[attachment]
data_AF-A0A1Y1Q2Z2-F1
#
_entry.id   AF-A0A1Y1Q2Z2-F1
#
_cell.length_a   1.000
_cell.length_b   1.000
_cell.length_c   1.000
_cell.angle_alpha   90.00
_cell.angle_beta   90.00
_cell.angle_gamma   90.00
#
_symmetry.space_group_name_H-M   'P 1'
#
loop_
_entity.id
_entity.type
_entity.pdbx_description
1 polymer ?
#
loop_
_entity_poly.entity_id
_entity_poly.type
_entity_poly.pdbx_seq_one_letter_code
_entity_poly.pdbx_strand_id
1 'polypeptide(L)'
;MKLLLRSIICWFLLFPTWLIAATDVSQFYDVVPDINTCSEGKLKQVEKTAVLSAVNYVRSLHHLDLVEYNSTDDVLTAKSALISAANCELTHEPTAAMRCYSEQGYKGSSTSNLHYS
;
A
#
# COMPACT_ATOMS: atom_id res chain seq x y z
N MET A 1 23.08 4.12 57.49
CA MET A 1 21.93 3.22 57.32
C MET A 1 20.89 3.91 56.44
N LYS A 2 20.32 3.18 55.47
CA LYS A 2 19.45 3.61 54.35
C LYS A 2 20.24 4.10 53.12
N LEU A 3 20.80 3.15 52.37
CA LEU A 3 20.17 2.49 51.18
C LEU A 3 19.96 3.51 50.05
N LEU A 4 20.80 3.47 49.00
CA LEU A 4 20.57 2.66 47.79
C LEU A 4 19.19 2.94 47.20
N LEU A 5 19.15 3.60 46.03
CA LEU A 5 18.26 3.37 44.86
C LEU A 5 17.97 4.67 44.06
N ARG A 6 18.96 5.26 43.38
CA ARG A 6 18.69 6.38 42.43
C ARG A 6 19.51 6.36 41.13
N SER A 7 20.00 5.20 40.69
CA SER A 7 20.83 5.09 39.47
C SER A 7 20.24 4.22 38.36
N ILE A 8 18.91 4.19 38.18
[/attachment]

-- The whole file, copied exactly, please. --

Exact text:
data_AF-A0A1Y1Q2Z2-F1
#
_entry.id   AF-A0A1Y1Q2Z2-F1
#
_cell.length_a   1.000
_cell.length_b   1.000
_cell.length_c   1.000
_cell.angle_alpha   90.00
_cell.angle_beta   90.00
_cell.angle_gamma   90.00
#
_symmetry.space_group_name_H-M   'P 1'
#
loop_
_entity.id
_entity.type
_entity.pdbx_description
1 polymer ?
#
loop_
_entity_poly.entity_id
_entity_poly.type
_entity_poly.pdbx_seq_one_letter_code
_entity_poly.pdbx_strand_id
1 'polypeptide(L)'
;MKLLLRSIICWFLLFPTWLIAATDVSQFYDVVPDINTCSEGKLKQVEKTAVLSAVNYVRSLHHLDLVEYNSTDDVLTAKSALISAANCELTHEPTAAMRCYSEQGYKGSSTSNLHYS
;
A
#
# COMPACT_ATOMS: atom_id res chain seq x y z
N MET A 1 23.08 4.12 57.49
CA MET A 1 21.93 3.22 57.32
C MET A 1 20.89 3.91 56.44
N LYS A 2 20.32 3.18 55.47
CA LYS A 2 19.45 3.61 54.35
C LYS A 2 20.24 4.10 53.12
N LEU A 3 20.80 3.15 52.37
CA LEU A 3 20.17 2.49 51.18
C LEU A 3 19.96 3.51 50.05
N LEU A 4 20.80 3.47 49.00
CA LEU A 4 20.57 2.66 47.79
C LEU A 4 19.19 2.94 47.20
N LEU A 5 19.15 3.60 46.03
CA LEU A 5 18.26 3.37 44.86
C LEU A 5 17.97 4.67 44.06
N ARG A 6 18.96 5.26 43.38
CA ARG A 6 18.69 6.38 42.43
C ARG A 6 19.51 6.36 41.13
N SER A 7 20.00 5.20 40.69
CA SER A 7 20.83 5.09 39.47
C SER A 7 20.24 4.22 38.36
N ILE A 8 18.91 4.19 38.18